Loesch and Noir have become the primary public faces of the N.R.A.; at events, enormous banners feature their images alongside those of LaPierre and Chris Cox, the organization’s top lobbyist. But Loesch and Noir are not technically employed by the N.R.A. Instead, they are paid by Ackerman McQueen, a public-relations firm based in Oklahoma. In at least one year, Loesch earned close to a million dollars, according to a source who has seen her contract.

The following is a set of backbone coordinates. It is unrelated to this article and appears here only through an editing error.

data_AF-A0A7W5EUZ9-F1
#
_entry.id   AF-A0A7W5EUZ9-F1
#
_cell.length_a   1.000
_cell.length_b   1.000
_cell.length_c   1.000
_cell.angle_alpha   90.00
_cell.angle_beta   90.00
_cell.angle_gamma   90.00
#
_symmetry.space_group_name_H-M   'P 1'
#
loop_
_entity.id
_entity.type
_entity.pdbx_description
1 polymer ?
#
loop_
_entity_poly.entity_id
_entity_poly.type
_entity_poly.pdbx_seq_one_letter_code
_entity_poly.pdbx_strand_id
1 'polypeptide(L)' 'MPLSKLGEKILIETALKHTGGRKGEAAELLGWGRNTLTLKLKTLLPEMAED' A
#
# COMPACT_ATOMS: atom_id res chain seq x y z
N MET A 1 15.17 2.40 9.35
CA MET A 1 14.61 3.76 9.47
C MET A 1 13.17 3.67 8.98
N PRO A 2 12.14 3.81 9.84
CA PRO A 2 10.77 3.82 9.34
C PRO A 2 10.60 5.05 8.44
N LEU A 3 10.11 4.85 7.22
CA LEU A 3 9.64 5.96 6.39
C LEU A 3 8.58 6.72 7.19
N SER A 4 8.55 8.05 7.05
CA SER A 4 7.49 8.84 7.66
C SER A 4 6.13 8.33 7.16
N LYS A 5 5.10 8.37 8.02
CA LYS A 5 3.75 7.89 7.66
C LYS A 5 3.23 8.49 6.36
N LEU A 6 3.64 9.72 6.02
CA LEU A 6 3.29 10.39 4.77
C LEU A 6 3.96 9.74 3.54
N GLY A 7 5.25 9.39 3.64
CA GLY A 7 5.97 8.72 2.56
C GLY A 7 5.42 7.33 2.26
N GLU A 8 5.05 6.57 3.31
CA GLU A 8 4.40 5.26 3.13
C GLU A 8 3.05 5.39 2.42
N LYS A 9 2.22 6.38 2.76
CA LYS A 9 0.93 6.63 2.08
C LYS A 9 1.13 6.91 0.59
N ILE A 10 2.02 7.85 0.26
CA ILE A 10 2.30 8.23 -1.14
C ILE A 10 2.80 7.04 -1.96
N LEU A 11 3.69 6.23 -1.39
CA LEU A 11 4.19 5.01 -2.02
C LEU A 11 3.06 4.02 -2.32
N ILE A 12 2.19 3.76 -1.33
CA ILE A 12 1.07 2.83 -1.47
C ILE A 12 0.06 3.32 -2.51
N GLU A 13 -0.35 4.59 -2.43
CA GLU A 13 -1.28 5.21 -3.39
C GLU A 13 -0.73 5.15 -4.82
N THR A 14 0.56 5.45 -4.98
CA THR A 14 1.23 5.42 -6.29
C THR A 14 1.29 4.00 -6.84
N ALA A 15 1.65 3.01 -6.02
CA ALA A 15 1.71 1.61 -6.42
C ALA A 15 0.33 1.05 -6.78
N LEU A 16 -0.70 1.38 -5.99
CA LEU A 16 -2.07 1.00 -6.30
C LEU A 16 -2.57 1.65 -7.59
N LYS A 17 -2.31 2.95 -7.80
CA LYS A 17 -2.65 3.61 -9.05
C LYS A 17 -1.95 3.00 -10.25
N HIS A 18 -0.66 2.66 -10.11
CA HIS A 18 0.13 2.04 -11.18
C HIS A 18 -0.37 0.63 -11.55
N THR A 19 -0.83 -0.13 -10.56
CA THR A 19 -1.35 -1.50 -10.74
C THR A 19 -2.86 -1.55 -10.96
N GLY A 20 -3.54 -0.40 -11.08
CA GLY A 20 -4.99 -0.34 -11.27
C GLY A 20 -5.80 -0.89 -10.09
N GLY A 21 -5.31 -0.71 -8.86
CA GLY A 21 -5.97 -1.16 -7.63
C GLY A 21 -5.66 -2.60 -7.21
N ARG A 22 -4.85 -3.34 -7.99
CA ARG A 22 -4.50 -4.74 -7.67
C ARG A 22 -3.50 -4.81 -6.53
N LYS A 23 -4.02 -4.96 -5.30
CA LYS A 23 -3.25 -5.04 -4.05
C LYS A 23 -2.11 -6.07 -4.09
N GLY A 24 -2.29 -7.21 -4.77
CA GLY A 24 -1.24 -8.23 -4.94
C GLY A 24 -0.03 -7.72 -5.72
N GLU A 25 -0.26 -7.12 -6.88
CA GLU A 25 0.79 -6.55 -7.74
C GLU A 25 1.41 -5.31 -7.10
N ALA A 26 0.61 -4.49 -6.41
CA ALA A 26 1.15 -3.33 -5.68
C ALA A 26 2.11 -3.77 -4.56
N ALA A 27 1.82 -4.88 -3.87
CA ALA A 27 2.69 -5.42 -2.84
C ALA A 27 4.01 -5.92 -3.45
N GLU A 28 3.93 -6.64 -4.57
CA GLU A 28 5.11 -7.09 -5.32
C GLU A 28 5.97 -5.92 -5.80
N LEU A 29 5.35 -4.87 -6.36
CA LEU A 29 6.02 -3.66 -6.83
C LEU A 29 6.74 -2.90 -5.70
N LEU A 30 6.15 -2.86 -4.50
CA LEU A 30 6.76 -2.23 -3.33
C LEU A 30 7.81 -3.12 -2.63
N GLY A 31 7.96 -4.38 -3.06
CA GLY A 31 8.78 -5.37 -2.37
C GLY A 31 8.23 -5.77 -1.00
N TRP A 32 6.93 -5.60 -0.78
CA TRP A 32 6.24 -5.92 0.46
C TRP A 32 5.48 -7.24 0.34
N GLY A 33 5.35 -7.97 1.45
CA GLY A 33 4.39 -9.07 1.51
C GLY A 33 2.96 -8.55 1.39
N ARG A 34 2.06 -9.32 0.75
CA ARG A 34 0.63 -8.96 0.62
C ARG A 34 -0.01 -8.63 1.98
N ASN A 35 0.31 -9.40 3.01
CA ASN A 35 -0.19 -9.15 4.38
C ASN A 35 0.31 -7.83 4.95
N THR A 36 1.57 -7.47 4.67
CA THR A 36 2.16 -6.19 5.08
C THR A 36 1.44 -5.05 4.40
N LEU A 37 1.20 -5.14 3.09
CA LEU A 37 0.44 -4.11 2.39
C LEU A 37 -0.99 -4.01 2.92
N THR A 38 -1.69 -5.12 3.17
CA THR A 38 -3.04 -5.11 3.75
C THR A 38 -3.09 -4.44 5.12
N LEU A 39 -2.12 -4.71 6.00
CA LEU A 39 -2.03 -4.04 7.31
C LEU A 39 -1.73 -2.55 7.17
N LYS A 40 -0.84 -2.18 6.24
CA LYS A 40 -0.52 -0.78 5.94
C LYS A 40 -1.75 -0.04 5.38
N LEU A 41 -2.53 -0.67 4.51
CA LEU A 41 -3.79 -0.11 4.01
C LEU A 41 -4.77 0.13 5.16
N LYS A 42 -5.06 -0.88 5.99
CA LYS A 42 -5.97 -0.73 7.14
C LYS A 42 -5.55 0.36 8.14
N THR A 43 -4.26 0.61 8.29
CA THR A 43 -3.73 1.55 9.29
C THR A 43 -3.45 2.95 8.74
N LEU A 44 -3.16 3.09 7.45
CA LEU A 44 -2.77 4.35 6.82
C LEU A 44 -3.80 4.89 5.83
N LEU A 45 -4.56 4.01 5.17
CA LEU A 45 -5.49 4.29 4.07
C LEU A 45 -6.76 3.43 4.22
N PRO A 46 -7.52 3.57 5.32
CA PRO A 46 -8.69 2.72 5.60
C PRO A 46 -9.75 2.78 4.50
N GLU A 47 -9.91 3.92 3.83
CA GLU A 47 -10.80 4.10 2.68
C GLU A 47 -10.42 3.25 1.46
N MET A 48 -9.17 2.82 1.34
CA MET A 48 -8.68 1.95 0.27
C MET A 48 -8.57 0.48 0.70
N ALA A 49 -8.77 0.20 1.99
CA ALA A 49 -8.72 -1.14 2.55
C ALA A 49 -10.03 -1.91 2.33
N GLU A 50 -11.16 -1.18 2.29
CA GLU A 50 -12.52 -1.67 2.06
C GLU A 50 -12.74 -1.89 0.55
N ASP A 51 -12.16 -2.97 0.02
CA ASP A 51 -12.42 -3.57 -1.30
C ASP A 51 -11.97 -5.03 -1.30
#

For more than three decades, Ackerman has shaped the N.R.A.’s public identity, helping to build it from a niche activist organization into a ubiquitous presence in American popular culture. Ackerman produces the N.R.A. magazine America’s 1st Freedom and has devised its most successful ad campaigns, including one called “I’m the N.R.A.,” for which it recruited gun owners, including the actor Tom Selleck and the basketball star Karl Malone, to pose with their weapons. More recently, Ackerman produced a series called “Freedom’s Safest Place,” in which conservative icons inveigh against liberals and terrorists. In a segment from 2016, the country-music star Charlie Daniels warns the “ayatollahs of Iran” that they may be acquainted with “our fresh-faced flower-child President,” but they “haven’t met the heartland—or the people who will defend this nation with their bloody, calloused bare hands.”